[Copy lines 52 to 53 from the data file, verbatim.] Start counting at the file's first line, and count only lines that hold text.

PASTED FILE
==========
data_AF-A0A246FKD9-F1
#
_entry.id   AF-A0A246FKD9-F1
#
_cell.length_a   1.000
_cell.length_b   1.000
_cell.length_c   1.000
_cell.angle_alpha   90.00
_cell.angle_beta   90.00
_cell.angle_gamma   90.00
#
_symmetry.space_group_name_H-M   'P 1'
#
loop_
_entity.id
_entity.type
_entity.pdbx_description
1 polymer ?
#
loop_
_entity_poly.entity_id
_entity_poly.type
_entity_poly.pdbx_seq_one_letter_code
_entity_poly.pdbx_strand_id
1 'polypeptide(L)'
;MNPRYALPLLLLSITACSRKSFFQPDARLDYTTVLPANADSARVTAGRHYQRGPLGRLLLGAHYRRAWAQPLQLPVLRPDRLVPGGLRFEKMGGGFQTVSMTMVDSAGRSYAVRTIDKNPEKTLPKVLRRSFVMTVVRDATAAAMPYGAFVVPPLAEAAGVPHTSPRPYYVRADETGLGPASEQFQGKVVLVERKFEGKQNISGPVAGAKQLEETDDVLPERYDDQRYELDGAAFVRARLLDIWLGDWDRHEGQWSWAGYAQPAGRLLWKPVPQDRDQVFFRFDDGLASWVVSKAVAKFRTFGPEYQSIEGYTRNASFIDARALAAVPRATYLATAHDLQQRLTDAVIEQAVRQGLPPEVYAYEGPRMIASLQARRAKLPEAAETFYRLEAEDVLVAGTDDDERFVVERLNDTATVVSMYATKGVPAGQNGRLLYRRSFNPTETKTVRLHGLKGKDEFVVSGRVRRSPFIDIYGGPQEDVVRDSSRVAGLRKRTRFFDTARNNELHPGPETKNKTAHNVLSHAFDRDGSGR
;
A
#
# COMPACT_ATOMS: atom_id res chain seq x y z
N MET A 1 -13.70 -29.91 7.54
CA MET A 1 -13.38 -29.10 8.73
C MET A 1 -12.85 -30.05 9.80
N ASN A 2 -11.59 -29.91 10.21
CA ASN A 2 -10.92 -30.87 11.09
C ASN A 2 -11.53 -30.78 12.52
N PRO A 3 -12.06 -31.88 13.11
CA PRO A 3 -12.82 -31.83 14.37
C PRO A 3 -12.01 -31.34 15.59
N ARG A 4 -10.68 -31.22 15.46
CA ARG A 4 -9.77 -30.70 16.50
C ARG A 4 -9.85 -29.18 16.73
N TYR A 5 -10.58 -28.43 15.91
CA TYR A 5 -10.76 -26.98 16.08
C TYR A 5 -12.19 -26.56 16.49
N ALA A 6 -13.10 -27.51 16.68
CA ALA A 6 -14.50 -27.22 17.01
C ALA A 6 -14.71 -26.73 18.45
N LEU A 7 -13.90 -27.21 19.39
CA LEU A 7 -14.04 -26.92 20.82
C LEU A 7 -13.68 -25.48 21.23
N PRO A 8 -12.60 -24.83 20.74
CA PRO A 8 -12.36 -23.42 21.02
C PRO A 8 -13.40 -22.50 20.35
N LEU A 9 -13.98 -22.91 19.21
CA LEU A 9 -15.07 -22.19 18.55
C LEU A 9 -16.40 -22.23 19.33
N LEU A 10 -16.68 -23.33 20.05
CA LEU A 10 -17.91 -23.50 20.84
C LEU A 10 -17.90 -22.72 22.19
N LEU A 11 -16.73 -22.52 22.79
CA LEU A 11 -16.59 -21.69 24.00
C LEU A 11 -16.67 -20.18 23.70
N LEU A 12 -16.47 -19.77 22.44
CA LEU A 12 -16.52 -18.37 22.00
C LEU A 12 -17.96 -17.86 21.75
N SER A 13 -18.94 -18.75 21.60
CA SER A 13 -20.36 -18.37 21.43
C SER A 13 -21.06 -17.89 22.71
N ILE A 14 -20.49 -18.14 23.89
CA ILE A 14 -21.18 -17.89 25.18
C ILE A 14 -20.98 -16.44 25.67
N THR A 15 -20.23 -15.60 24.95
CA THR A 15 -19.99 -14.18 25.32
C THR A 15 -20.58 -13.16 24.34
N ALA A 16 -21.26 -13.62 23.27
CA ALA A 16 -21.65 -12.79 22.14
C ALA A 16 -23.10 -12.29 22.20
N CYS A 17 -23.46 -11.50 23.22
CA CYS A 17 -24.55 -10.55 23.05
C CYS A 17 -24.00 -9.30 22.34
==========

N PRO A 8 -12.60 -24.83 20.74
CA PRO A 8 -12.36 -23.42 21.02